Rambo: Last Blood – Review

Sylvester Stallone as John Rambo in Rambo: Last Blood – Courtesy of Roadshow Entertainment.

With more blood, more violence, and a valiant attempt at providing a bigger heart – Rambo: Last Blood is the genre’s attempt at providing a last-hurrah for the character. Directed by Adrian Grunberg and starring Sylvester Stallone as the titular action-hero Rambo. It continues the story of John Rambo, an aged warrior who faces what could be his last battle.

In this violent outing you see John Rambo play out the aged warrior trope; one that has gained enormous traction since its modern popularization in films such as Logan (2017) – so yes, you see your typical aged, grizzled, and detached warrior. John Rambo spends his days shut away, suffering from vivid PTSD episodes, and attempting to occupy himself with the pseudo-family that he has built. In this outing, it’s hard to ignore the vast similarities this film shares with a host of other films – it’s clear that Stallone is drawing inspiration from his recent role as Rocky in Creed (2015), applying a somewhat broken demeanor to a character that once had strength. Additionally the story shares strong similarities to films like Taken (2008) and Skyfall (2012) — but unfortunately not housing the same qualities that made those films good.

Rambo: Last Blood, if anything, feels a little overwhelmed – there’s a sense that Stallone and the writers didn’t quite know which direction they want the character to go, or to end – in the process it perhaps loses sight a little of who Rambo really is and what his character is ultimately meant to be. It’s strange to watch this film set up a seemingly promising character through his adopted daughter (Yvette Monreal) – this franchise is simply begging to set up a new Rambo series of films and every opportune moment it had to do that is pushed aside.

While this certainly is not Sylvester Stallone’s most endearing performance, he did provide a potent physical presence on-screen. Stallone clearly prepared for this role and even provides a moment or two of emotionality – but this pales in comparison to the emotional output seen in Creed (2015). The supporting roles follow-suit with the rest of the films aspects, a resounding “meh” is precisely the way to describe it. But naturally, this isn’t a film constructed for its supporting roles, it’s about Rambo, so therefore the majority on critique rests on that characters shoulders.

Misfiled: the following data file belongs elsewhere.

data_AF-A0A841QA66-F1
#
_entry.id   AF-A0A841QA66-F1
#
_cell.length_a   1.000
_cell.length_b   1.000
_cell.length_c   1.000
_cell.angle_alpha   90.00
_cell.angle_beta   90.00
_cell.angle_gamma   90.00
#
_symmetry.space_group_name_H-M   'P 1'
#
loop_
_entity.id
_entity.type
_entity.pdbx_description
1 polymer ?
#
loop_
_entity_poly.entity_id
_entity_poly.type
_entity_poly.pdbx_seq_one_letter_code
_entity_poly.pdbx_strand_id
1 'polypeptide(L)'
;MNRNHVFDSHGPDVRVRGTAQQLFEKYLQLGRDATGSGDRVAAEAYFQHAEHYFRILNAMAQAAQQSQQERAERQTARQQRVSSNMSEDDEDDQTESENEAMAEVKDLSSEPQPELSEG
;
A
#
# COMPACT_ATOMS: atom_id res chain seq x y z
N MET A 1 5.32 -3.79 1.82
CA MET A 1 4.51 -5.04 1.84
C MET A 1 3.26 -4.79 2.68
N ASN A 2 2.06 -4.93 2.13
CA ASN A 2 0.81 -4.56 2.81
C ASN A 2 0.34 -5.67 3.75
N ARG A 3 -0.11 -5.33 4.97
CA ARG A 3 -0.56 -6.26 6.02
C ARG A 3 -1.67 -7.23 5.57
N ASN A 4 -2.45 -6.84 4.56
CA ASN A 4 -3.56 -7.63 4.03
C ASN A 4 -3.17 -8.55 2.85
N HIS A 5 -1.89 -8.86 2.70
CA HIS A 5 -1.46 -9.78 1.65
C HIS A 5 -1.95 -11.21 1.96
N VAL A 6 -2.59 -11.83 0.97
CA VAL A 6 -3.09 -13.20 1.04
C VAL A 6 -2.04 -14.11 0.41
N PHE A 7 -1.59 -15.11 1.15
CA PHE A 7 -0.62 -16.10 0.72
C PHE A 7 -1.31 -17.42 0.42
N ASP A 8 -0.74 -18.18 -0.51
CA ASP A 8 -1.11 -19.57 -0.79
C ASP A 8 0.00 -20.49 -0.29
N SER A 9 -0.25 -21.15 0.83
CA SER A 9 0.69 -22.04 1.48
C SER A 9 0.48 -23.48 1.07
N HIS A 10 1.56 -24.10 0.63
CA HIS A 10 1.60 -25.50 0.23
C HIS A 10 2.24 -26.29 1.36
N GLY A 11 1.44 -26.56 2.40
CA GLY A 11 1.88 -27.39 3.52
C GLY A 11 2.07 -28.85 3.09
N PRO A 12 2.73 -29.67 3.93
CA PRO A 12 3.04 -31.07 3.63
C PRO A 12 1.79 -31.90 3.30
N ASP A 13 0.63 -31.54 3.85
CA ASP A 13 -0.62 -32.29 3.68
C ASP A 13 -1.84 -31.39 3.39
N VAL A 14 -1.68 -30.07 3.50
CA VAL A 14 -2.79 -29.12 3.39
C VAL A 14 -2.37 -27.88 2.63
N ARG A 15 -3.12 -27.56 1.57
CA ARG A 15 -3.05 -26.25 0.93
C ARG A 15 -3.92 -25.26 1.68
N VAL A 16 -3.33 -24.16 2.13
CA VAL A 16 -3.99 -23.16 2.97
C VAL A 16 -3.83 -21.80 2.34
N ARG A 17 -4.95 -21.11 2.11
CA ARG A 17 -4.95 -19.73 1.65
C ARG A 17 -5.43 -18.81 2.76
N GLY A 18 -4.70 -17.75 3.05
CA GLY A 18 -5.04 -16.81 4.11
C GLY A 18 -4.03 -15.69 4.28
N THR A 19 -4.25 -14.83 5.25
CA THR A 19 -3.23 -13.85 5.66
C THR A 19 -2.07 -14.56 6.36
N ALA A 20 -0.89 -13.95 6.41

Sylvester Stallone as John Rambo in Rambo: Last Blood – Courtesy of Roadshow Entertainment.

This film felt like it was done on a low budget all-around – from its adequate blood and gore, to its fuzzy CGI, and obvious green-screens. The adequacy of its CGI doesn’t detract from the energetic and genuinely entertaining violence provided on-screen – but more detailed violence could’ve gone a long way. There are some strong aerial shots and the lighting does provide nice differentiation between its America and Mexico settings – there are moments where characters move into shadow with its low-key lighting to provide more sinister intentions, these are at least noticeable efforts.

Director Adrian Grunberg and Stallone unfortunately haven’t hit their targets in this grungy outing of the franchise. Rambo may have had the starpower and skill to solo his way to the box office in the past, but in an age of wrapped-up franchises, never-ending remakes, and countless “old cowboys last ride” type films Rambo: Last Blood is outnumbered and outgunned. With more violence than adequate lines of script, it simply lacks the emotional heft to justify a last rodeo of an aged and nearly forgotten character.

3.3/10

Leave a Reply

Fill in your details below or click an icon to log in:

WordPress.com Logo

You are commenting using your WordPress.com account. Log Out /  Change )

Google photo

You are commenting using your Google account. Log Out /  Change )

Twitter picture

You are commenting using your Twitter account. Log Out /  Change )

Facebook photo

You are commenting using your Facebook account. Log Out /  Change )

Connecting to %s